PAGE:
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  • FIRST POST
    • MSE Callum
    • By MSE Callum 8th May 18, 8:05 AM
    • 390Posts
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    MSE Callum
    MSE News: Britain's train ticket system could be completely overhauled
    • #1
    • 8th May 18, 8:05 AM
    MSE News: Britain's train ticket system could be completely overhauled 8th May 18 at 8:05 AM
    The entire train ticketing system could be overhauled after Britain's rail companies and an independent transport watchdog called for radical changes...
    Read the full story:
    'Britain's train ticket system could be completely overhauled'

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Page 1
    • Owain Moneysaver
    • By Owain Moneysaver 8th May 18, 9:01 AM
    • 8,819 Posts
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    Owain Moneysaver
    • #2
    • 8th May 18, 9:01 AM
    • #2
    • 8th May 18, 9:01 AM
    Season tickets were originally introduced to reduce the work at booking offices, and were only offered at a significant discount because that was the only way passengers could be persuaded to hand over lots of money in advance.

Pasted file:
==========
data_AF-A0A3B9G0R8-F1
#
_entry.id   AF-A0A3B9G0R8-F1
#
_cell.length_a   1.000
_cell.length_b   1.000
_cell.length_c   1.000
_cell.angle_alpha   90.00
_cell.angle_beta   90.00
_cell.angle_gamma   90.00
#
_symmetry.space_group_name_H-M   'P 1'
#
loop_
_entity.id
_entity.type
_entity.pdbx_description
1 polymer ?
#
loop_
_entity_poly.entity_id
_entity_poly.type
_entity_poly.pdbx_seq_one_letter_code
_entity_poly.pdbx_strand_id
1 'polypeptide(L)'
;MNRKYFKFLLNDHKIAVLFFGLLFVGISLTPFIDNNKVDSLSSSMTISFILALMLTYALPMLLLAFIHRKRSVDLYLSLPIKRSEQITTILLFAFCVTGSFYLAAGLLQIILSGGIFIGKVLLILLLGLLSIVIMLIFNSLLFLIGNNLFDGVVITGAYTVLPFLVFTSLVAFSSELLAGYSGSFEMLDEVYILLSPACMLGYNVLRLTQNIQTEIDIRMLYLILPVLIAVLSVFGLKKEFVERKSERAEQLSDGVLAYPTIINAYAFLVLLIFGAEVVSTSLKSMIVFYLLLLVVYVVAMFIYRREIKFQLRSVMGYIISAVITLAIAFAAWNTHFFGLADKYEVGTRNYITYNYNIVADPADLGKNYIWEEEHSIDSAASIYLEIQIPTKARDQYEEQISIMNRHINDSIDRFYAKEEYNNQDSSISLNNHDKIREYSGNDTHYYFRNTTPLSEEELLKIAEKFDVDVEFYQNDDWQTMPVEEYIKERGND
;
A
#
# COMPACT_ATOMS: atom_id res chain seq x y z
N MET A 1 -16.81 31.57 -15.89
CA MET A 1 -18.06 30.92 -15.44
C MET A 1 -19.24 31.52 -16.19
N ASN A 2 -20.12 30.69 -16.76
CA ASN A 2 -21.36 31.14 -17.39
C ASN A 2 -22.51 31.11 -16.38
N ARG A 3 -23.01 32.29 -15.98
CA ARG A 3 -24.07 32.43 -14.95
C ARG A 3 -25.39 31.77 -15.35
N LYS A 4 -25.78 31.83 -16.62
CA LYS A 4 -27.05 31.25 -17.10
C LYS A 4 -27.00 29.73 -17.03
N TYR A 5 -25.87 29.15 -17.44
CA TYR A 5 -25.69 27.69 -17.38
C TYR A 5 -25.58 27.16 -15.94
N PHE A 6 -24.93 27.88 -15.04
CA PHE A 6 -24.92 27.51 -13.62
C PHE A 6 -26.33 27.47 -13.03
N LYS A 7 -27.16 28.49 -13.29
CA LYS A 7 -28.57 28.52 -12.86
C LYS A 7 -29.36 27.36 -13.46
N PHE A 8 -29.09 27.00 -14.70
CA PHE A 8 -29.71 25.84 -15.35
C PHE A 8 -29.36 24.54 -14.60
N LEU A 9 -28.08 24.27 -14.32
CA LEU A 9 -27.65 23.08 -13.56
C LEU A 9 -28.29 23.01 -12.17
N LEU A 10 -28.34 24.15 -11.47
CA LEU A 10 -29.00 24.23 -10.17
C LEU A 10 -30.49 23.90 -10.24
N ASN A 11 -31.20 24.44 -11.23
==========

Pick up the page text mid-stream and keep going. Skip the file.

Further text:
It's illogical that passengers travelling on the busiest trains get the most discounted fares.
    A kind word lasts a minute, a skelped erse is sair for a day.
    • tripled
    • By tripled 8th May 18, 3:12 PM
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    tripled
    • #3
    • 8th May 18, 3:12 PM
    • #3
    • 8th May 18, 3:12 PM
    It's illogical that passengers travelling on the busiest trains get the most discounted fares.
    Originally posted by Owain Moneysaver
    Not really. Aside from the fact that advance tickets are generally the cheapest, a 10 carriage commuter service with standing room only and a reliable pre-paid revenue stream will be far more efficient to operate and profitable than an off-peak service with half as many carriages, and empty seats.
    • VillageIdiot
    • By VillageIdiot 8th May 18, 10:38 PM
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    VillageIdiot
    • #4
    • 8th May 18, 10:38 PM
    Efficiency of trains
    • #4
    • 8th May 18, 10:38 PM
    It is not neccessarily true that the commuter train is more efficient than the off-peak one. If the commuter train only does one return journey per working day, then the depreciation, obsolescence, finance and mobilisation costs of the vehicle per jouney could be much higher than that of the off-peak train making several journeys during each of 363 days of the year. Some off-peak trains cart around a lot more accomodetion than necessary simply because they also act as commuter trains twice a working day. There are so many factors to take into account. It would be interesting to have some data on the costs of each type of train.
    • xydancer
    • By xydancer 9th May 18, 7:33 AM
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    xydancer
    • #5
    • 9th May 18, 7:33 AM
    • #5
    • 9th May 18, 7:33 AM